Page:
By presenting the actions that a few individuals took during a prolonged period of military conflict, Diane Ackerman encourages the reader to reflect on questions of conscience and courage. One avenue to pursue in an essay would center on the reasons that people who are ostensibly not involved in such a conflict decide to take risks and become more deeply involved. In such extreme situations, how do people reshape their ideas about community, belonging, and loyalty?
The zookeepers use many subversive strategies and tactics to try to turn the Nazis’s own strengths against them, such as the preoccupation with breeding and purity. An essay could further explore the differences between overt resistance and this sort of behind-the-scenes manipulation: Are there absolute reasons for engaging in either type of behavior? Or are people’s choices primarily dependent on the situation? While the author writes extensively about commonalities between humans and other animals, it may be that the matters of conscience and free will that apparently distinguish humans are of greater concern in her analysis.
This is a rich and compelling novel which presents a number of excellent themes for discussion. Ultimately, it concerns two people's journey from looking after animals in a zoo to looking after Jews bound for destruction—people who were treated as no more than animals by the Nazis. There is much room for discussion in this comparison and in how the zookeepers approached their Jewish "guests." Some more interesting topics might include:
1. The zoo itself and how Ackerman describes it both before the war and during the war. What is the significance of her descriptive passages? How is the zoo affected by war, and what effect do these changes have on the people who live there? What is the impact on the resident Jews and zookeepers alike of living in that environment?
2. Occasionally, Ackerman makes diversions to discuss other historical figures. Why does she do this, and what is the significance of the people she chooses? How do they reflect upon Antonina and the other residents?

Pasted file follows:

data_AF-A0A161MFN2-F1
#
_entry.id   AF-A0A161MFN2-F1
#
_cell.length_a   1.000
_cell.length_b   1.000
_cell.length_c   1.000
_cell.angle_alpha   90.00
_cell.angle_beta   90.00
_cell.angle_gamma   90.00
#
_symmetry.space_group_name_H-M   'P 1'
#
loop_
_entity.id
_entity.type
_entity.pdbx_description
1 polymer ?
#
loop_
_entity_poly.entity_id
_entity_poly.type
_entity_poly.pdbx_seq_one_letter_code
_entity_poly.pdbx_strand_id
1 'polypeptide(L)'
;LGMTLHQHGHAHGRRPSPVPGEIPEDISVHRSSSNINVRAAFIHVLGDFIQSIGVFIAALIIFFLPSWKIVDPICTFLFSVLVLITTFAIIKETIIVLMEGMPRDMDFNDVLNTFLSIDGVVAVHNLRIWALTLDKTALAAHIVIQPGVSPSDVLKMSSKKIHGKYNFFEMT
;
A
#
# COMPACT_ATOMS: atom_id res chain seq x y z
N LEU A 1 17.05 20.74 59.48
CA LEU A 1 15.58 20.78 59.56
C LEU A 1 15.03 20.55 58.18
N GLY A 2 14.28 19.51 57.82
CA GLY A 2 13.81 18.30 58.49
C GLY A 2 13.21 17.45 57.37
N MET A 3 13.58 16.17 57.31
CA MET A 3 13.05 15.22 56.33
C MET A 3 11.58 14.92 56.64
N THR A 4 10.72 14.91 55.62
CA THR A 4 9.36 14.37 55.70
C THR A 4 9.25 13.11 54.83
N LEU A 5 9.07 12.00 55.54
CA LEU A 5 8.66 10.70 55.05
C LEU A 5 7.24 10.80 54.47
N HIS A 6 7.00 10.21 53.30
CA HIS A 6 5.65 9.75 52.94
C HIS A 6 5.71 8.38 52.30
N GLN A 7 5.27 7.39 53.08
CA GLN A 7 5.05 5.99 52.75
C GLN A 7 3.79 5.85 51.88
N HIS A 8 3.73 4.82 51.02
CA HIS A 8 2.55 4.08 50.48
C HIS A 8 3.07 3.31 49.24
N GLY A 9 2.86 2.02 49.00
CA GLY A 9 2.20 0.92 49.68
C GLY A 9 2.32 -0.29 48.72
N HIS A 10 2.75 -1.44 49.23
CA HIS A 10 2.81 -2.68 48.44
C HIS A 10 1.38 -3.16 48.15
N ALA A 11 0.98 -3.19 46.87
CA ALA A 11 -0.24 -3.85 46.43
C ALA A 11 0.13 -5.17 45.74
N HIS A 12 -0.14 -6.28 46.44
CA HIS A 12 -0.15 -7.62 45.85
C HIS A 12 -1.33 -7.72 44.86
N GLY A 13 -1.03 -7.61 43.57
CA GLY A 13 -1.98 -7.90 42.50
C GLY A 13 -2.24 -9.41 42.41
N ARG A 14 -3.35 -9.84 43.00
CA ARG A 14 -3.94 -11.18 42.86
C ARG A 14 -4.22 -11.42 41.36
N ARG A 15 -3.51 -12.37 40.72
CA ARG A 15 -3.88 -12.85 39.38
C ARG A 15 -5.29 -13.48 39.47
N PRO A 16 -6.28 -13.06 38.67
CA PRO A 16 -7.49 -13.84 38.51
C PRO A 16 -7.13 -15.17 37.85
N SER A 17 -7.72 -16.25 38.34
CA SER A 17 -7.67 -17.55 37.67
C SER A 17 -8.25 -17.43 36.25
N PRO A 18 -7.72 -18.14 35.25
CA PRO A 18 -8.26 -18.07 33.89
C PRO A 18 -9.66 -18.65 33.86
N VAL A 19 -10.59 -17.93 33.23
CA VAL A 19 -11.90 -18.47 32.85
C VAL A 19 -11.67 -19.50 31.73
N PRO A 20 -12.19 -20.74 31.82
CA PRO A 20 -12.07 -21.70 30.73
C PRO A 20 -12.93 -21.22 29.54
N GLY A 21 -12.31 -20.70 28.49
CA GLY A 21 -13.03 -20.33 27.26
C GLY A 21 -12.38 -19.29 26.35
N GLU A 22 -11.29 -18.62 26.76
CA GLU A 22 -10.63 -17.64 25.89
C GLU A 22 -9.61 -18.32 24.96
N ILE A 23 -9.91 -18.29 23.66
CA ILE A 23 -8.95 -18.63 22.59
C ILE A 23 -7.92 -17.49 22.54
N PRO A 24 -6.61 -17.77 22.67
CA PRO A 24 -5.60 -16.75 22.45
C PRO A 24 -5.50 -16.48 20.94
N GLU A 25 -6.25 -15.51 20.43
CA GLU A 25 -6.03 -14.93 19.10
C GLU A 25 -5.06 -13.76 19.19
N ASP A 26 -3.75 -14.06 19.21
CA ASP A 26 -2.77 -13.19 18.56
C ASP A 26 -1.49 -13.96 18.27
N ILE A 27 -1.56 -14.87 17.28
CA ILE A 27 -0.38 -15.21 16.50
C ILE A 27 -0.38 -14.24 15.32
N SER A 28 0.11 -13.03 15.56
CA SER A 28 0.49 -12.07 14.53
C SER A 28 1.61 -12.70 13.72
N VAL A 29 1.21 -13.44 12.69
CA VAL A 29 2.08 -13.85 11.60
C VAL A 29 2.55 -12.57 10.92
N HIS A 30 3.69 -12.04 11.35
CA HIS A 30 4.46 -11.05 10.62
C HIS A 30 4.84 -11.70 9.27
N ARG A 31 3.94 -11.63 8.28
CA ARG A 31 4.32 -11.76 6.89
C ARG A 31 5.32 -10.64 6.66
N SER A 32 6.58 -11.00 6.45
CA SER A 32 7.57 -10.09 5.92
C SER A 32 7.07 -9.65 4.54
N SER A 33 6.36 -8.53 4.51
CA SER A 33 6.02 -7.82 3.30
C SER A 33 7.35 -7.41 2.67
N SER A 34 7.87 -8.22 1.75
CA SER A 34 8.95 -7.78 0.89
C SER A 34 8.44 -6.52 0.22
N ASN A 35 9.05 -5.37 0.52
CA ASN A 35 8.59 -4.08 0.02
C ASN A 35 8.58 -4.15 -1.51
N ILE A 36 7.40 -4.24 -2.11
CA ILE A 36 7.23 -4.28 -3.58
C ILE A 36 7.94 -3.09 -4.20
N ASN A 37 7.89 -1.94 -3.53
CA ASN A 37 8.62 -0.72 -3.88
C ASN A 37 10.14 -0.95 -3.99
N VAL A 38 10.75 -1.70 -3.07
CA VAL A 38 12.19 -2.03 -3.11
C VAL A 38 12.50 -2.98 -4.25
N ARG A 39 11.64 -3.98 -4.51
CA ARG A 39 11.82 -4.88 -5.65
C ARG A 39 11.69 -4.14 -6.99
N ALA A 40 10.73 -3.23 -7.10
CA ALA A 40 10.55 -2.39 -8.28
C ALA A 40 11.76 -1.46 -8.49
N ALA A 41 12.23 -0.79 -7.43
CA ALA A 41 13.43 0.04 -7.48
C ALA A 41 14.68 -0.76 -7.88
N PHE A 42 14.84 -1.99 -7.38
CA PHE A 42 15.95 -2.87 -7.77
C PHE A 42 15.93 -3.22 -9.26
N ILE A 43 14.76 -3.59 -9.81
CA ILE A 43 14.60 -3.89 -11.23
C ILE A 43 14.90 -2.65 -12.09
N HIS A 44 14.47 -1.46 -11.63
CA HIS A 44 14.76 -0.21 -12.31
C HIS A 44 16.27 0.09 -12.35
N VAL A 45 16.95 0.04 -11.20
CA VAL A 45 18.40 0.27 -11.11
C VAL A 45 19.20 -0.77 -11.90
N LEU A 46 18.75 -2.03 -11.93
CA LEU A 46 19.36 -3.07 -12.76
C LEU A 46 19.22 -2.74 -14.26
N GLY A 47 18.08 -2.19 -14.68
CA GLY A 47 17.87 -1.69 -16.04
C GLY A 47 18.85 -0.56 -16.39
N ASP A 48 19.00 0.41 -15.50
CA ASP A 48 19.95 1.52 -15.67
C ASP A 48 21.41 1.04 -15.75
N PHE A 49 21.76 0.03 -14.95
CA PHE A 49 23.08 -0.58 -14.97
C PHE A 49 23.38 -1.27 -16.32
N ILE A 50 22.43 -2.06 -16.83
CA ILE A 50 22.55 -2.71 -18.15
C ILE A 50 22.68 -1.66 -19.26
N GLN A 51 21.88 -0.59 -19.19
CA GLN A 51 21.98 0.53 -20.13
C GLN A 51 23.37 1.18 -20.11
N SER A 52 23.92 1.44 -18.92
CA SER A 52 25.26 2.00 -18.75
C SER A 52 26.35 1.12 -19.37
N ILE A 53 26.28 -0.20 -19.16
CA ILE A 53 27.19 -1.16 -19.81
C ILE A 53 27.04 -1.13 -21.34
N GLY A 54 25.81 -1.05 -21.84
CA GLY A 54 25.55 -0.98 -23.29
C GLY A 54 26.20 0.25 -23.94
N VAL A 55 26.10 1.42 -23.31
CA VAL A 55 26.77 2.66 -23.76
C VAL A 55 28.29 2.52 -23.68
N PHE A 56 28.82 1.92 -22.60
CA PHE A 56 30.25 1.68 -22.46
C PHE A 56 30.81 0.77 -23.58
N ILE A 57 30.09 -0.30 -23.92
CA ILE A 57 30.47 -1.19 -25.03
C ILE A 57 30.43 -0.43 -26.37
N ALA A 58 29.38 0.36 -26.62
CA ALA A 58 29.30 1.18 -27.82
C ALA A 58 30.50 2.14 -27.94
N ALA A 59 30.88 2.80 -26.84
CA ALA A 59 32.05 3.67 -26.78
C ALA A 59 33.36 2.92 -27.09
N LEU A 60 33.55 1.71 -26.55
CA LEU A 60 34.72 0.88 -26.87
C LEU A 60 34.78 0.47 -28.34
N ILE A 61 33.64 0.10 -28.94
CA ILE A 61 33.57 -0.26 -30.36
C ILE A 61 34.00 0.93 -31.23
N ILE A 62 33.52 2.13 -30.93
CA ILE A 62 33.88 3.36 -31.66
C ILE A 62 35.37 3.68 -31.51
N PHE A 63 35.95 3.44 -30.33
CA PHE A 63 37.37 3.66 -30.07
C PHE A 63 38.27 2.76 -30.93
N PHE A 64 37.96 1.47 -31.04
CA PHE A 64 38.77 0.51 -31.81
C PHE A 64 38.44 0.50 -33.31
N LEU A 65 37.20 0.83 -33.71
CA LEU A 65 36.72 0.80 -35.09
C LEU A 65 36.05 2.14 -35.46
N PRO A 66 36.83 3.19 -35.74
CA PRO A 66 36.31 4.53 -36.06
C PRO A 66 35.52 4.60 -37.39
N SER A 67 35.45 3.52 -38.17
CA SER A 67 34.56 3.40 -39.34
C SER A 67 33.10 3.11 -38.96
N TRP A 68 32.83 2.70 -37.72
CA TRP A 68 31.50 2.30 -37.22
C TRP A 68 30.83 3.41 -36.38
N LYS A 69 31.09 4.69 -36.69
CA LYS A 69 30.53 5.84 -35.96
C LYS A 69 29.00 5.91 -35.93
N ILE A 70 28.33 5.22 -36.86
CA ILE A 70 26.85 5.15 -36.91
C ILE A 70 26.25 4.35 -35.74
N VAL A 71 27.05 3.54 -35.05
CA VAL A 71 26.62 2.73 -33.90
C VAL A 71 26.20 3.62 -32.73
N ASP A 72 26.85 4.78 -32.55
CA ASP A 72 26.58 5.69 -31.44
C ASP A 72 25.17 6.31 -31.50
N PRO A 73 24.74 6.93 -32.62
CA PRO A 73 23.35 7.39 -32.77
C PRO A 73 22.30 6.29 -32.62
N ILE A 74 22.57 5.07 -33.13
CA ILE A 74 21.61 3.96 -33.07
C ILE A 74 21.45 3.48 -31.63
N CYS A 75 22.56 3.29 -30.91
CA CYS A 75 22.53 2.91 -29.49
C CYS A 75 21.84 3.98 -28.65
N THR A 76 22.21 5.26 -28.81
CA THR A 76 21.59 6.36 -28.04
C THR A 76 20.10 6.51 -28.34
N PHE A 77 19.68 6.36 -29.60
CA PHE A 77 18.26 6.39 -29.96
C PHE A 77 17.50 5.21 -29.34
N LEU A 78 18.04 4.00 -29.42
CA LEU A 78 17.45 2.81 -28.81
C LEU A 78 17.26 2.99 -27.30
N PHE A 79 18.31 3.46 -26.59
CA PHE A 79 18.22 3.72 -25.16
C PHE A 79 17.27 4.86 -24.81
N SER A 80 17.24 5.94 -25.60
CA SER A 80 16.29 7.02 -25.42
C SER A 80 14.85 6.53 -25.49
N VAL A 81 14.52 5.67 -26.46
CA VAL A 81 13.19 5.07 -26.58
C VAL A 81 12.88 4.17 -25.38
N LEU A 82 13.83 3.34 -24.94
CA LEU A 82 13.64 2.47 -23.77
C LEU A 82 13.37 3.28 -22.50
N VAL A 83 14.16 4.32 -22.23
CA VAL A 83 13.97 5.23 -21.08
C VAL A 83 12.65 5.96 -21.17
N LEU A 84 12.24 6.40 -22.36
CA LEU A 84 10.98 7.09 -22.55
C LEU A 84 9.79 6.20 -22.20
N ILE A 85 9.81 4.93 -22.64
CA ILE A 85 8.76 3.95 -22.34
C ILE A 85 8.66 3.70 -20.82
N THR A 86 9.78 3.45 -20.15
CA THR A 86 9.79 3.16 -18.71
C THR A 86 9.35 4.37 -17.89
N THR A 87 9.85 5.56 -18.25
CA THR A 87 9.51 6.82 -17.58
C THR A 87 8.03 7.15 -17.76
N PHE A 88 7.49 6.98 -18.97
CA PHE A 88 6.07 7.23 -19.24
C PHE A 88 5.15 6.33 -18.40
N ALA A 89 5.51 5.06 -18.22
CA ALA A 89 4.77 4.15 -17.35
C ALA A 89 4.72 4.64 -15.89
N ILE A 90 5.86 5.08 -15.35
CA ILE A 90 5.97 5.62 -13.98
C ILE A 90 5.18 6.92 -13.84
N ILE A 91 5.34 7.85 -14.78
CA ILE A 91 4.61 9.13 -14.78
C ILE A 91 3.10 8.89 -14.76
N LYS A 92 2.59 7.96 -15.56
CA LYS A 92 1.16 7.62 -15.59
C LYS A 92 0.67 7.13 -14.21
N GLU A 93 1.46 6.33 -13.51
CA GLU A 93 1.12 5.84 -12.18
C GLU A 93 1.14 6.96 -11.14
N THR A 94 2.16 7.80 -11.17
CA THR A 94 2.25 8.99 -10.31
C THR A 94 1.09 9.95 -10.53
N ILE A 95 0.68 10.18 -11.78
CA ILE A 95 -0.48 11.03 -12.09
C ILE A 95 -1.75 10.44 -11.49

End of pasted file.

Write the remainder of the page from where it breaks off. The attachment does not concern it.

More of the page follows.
One essay topic you could write about is how Ackerman draws parallels between animals and people. Her argument is that Jews in the Holocaust are like defenseless animals and that by understanding the ways and emotions of animals, Jan and Antonina Żabiński are in a unique position to help the Jews in Warsaw.
For example, Jan, a zoologist, studies the strategies of disguise and deception that animals use and adopts them to shelter and hide Jews during the Holocaust. Ackerman writes:
"As a zoologist, Jan had spent years studying the minutiae of animal behavior...Extrapolating from their behaviors to those of humans came naturally to such a diligent zoologist, especially strategies of deceit" (page 147).
Jan's gift of using new personalities helps him in the Underground army. He uses his ability to create loyalties and facades, as well as his willingness to sacrifice--all behaviors he has seen in animals--to aid his deceit and help those fleeing the Warsaw Ghetto. His understanding of animal behavior makes him better at providing assistance for victims of the Nazis.
Another example of the parallels between people and animals in Ackerman's book is the way in which the animals in the zoo are slaughtered by the Nazi shelling of Warsaw, just as the people are. Ackerman writes about the animals during the Nazi shelling, "Some animals, hiding in their cages and basins, became engulfed in flame" (page 61). As Antonina heads to the zoo to try to save the animals during the shelling, she thinks, "This is how a hunted animal feels" (page 60). Like the animals who are defenselessly resting in their cages during the shelling, the victims of the Holocaust are also without power to stop their aggressors. Similar to the zoo animals who are shelled and burned while they are locked in their cages, the Jews in the Warsaw Ghetto are locked inside the ghetto walls without defenses against their aggressors. Jan and Antonina try to sneak food to Jews in the Warsaw Ghetto (page 103) and later provide an escape route for some them, understanding that the Jews in Warsaw are like innocent animals locked in their cages.